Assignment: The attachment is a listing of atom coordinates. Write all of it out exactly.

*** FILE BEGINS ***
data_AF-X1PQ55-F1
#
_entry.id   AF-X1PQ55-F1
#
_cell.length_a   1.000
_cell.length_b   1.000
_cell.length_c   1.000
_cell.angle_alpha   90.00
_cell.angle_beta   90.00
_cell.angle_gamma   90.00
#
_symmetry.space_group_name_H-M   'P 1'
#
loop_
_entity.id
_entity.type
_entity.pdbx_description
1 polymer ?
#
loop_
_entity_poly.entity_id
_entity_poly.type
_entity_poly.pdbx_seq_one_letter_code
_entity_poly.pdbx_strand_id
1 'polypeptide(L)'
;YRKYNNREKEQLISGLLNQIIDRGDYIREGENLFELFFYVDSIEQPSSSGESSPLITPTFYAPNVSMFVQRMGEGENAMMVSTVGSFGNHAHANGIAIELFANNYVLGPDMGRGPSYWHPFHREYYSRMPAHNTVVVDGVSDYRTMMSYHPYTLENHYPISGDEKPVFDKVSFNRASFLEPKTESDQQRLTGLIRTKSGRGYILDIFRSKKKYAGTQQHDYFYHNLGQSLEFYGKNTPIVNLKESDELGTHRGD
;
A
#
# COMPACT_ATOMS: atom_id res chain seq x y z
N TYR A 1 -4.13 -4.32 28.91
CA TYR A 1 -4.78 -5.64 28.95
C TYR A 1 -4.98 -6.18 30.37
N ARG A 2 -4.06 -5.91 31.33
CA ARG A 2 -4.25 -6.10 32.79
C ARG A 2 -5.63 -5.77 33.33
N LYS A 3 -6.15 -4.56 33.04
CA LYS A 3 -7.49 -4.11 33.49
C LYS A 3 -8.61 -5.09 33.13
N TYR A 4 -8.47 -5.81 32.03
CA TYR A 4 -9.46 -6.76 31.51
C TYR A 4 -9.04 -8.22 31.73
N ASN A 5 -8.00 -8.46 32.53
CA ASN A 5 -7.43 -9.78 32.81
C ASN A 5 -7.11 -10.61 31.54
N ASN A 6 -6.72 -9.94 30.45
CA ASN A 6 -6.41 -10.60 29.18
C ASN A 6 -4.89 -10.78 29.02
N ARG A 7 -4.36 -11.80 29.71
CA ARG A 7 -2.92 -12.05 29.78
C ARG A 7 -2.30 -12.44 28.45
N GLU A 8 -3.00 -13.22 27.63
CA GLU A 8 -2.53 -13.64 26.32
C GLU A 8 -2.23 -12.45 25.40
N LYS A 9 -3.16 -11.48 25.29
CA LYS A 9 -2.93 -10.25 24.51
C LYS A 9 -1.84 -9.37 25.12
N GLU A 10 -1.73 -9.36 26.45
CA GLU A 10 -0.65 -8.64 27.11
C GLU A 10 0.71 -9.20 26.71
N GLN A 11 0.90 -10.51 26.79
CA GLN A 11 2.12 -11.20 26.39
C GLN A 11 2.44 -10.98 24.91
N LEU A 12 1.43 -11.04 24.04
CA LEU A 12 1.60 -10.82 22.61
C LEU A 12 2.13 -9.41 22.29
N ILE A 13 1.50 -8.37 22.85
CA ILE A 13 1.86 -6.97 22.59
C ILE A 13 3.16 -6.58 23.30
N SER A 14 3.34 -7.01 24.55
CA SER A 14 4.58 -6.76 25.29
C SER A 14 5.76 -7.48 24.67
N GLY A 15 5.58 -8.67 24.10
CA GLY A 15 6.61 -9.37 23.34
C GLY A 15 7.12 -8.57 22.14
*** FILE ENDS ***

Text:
data_AF-X1PQ55-F1
#
_entry.id   AF-X1PQ55-F1
#
_cell.length_a   1.000
_cell.length_b   1.000
_cell.length_c   1.000
_cell.angle_alpha   90.00
_cell.angle_beta   90.00
_cell.angle_gamma   90.00
#
_symmetry.space_group_name_H-M   'P 1'
#
loop_
_entity.id
_entity.type
_entity.pdbx_description
1 polymer ?
#
loop_
_entity_poly.entity_id
_entity_poly.type
_entity_poly.pdbx_seq_one_letter_code
_entity_poly.pdbx_strand_id
1 'polypeptide(L)'
;YRKYNNREKEQLISGLLNQIIDRGDYIREGENLFELFFYVDSIEQPSSSGESSPLITPTFYAPNVSMFVQRMGEGENAMMVSTVGSFGNHAHANGIAIELFANNYVLGPDMGRGPSYWHPFHREYYSRMPAHNTVVVDGVSDYRTMMSYHPYTLENHYPISGDEKPVFDKVSFNRASFLEPKTESDQQRLTGLIRTKSGRGYILDIFRSKKKYAGTQQHDYFYHNLGQSLEFYGKNTPIVNLKESDELGTHRGD
;
A
#
# COMPACT_ATOMS: atom_id res chain seq x y z
N TYR A 1 -4.13 -4.32 28.91
CA TYR A 1 -4.78 -5.64 28.95
C TYR A 1 -4.98 -6.18 30.37
N ARG A 2 -4.06 -5.91 31.33
CA ARG A 2 -4.25 -6.10 32.79
C ARG A 2 -5.63 -5.77 33.33
N LYS A 3 -6.15 -4.56 33.04
CA LYS A 3 -7.49 -4.11 33.49
C LYS A 3 -8.61 -5.09 33.13
N TYR A 4 -8.47 -5.81 32.03
CA TYR A 4 -9.46 -6.76 31.51
C TYR A 4 -9.04 -8.22 31.73
N ASN A 5 -8.00 -8.46 32.53
CA ASN A 5 -7.43 -9.78 32.81
C ASN A 5 -7.11 -10.61 31.54
N ASN A 6 -6.72 -9.94 30.45
CA ASN A 6 -6.41 -10.60 29.18
C ASN A 6 -4.89 -10.78 29.02
N ARG A 7 -4.36 -11.80 29.71
CA ARG A 7 -2.92 -12.05 29.78
C ARG A 7 -2.30 -12.44 28.45
N GLU A 8 -3.00 -13.22 27.63
CA GLU A 8 -2.53 -13.64 26.32
C GLU A 8 -2.23 -12.45 25.40
N LYS A 9 -3.16 -11.48 25.29
CA LYS A 9 -2.93 -10.25 24.51
C LYS A 9 -1.84 -9.37 25.12
N GLU A 10 -1.73 -9.36 26.45
CA GLU A 10 -0.65 -8.64 27.11
C GLU A 10 0.71 -9.20 26.71
N GLN A 11 0.90 -10.51 26.79
CA GLN A 11 2.12 -11.20 26.39
C GLN A 11 2.44 -10.98 24.91
N LEU A 12 1.43 -11.04 24.04
CA LEU A 12 1.60 -10.82 22.61
C LEU A 12 2.13 -9.41 22.29
N ILE A 13 1.50 -8.37 22.85
CA ILE A 13 1.86 -6.97 22.59
C ILE A 13 3.16 -6.58 23.30
N SER A 14 3.34 -7.01 24.55
CA SER A 14 4.58 -6.76 25.29
C SER A 14 5.76 -7.48 24.67
N GLY A 15 5.58 -8.67 24.10
CA GLY A 15 6.61 -9.37 23.34
C GLY A 15 7.12 -8.57 22.14